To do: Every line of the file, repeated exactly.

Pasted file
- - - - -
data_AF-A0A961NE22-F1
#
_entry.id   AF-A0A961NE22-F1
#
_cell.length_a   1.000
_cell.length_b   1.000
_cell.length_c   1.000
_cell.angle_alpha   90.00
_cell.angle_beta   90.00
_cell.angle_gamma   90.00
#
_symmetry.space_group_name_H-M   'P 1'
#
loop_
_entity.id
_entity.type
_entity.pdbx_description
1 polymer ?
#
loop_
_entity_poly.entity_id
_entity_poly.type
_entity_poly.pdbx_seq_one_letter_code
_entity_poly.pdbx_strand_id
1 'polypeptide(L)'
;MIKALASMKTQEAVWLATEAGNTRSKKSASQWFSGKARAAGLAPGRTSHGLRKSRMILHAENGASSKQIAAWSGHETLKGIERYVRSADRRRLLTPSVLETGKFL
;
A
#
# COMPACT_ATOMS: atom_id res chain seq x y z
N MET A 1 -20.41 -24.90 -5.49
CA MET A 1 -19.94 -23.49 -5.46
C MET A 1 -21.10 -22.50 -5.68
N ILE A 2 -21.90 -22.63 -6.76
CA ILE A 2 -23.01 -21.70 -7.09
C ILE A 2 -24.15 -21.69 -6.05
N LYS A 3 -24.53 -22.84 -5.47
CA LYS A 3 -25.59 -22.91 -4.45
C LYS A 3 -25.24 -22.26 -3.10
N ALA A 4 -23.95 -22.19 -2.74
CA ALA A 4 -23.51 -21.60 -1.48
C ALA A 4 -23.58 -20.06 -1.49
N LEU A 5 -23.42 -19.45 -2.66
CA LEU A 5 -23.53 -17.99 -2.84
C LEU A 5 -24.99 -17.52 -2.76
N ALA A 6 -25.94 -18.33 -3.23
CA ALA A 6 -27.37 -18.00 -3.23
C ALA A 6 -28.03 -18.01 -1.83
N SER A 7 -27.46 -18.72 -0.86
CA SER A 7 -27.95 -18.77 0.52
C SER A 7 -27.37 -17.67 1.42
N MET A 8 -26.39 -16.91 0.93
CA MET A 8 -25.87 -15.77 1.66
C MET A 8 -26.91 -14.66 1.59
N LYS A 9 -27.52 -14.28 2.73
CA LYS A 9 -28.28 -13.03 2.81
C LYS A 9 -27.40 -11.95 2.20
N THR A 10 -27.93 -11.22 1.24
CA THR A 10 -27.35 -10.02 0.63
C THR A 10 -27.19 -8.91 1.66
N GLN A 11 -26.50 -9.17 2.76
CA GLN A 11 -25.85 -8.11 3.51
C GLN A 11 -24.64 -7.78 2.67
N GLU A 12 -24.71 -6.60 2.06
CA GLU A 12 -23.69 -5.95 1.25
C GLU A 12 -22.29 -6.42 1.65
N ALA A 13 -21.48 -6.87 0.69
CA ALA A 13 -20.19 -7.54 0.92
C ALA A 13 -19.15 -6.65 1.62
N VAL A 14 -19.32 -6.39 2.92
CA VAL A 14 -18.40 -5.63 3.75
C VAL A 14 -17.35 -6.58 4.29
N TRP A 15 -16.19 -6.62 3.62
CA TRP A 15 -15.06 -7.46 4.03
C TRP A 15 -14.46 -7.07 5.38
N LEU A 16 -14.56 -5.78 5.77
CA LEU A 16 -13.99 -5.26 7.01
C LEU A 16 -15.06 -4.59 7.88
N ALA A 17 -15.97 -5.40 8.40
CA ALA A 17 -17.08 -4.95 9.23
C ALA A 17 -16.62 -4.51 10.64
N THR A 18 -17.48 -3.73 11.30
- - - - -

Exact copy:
data_AF-A0A961NE22-F1
#
_entry.id   AF-A0A961NE22-F1
#
_cell.length_a   1.000
_cell.length_b   1.000
_cell.length_c   1.000
_cell.angle_alpha   90.00
_cell.angle_beta   90.00
_cell.angle_gamma   90.00
#
_symmetry.space_group_name_H-M   'P 1'
#
loop_
_entity.id
_entity.type
_entity.pdbx_description
1 polymer ?
#
loop_
_entity_poly.entity_id
_entity_poly.type
_entity_poly.pdbx_seq_one_letter_code
_entity_poly.pdbx_strand_id
1 'polypeptide(L)'
;MIKALASMKTQEAVWLATEAGNTRSKKSASQWFSGKARAAGLAPGRTSHGLRKSRMILHAENGASSKQIAAWSGHETLKGIERYVRSADRRRLLTPSVLETGKFL
;
A
#
# COMPACT_ATOMS: atom_id res chain seq x y z
N MET A 1 -20.41 -24.90 -5.49
CA MET A 1 -19.94 -23.49 -5.46
C MET A 1 -21.10 -22.50 -5.68
N ILE A 2 -21.90 -22.63 -6.76
CA ILE A 2 -23.01 -21.70 -7.09
C ILE A 2 -24.15 -21.69 -6.05
N LYS A 3 -24.53 -22.84 -5.47
CA LYS A 3 -25.59 -22.91 -4.45
C LYS A 3 -25.24 -22.26 -3.10
N ALA A 4 -23.95 -22.19 -2.74
CA ALA A 4 -23.51 -21.60 -1.48
C ALA A 4 -23.58 -20.06 -1.49
N LEU A 5 -23.42 -19.45 -2.66
CA LEU A 5 -23.53 -17.99 -2.84
C LEU A 5 -24.99 -17.52 -2.76
N ALA A 6 -25.94 -18.33 -3.23
CA ALA A 6 -27.37 -18.00 -3.23
C ALA A 6 -28.03 -18.01 -1.83
N SER A 7 -27.46 -18.72 -0.86
CA SER A 7 -27.95 -18.77 0.52
C SER A 7 -27.37 -17.67 1.42
N MET A 8 -26.39 -16.91 0.93
CA MET A 8 -25.87 -15.77 1.66
C MET A 8 -26.91 -14.66 1.59
N LYS A 9 -27.52 -14.28 2.73
CA LYS A 9 -28.28 -13.03 2.81
C LYS A 9 -27.40 -11.95 2.20
N THR A 10 -27.93 -11.22 1.24
CA THR A 10 -27.35 -10.02 0.63
C THR A 10 -27.19 -8.91 1.66
N GLN A 11 -26.50 -9.17 2.76
CA GLN A 11 -25.85 -8.11 3.51
C GLN A 11 -24.64 -7.78 2.67
N GLU A 12 -24.71 -6.60 2.06
CA GLU A 12 -23.69 -5.95 1.25
C GLU A 12 -22.29 -6.42 1.65
N ALA A 13 -21.48 -6.87 0.69
CA ALA A 13 -20.19 -7.54 0.92
C ALA A 13 -19.15 -6.65 1.62
N VAL A 14 -19.32 -6.39 2.92
CA VAL A 14 -18.40 -5.63 3.75
C VAL A 14 -17.35 -6.58 4.29
N TRP A 15 -16.19 -6.62 3.62
CA TRP A 15 -15.06 -7.46 4.03
C TRP A 15 -14.46 -7.07 5.38
N LEU A 16 -14.56 -5.78 5.77
CA LEU A 16 -13.99 -5.26 7.01
C LEU A 16 -15.06 -4.59 7.88
N ALA A 17 -15.97 -5.40 8.40
CA ALA A 17 -17.08 -4.95 9.23
C ALA A 17 -16.62 -4.51 10.64
N THR A 18 -17.48 -3.73 11.30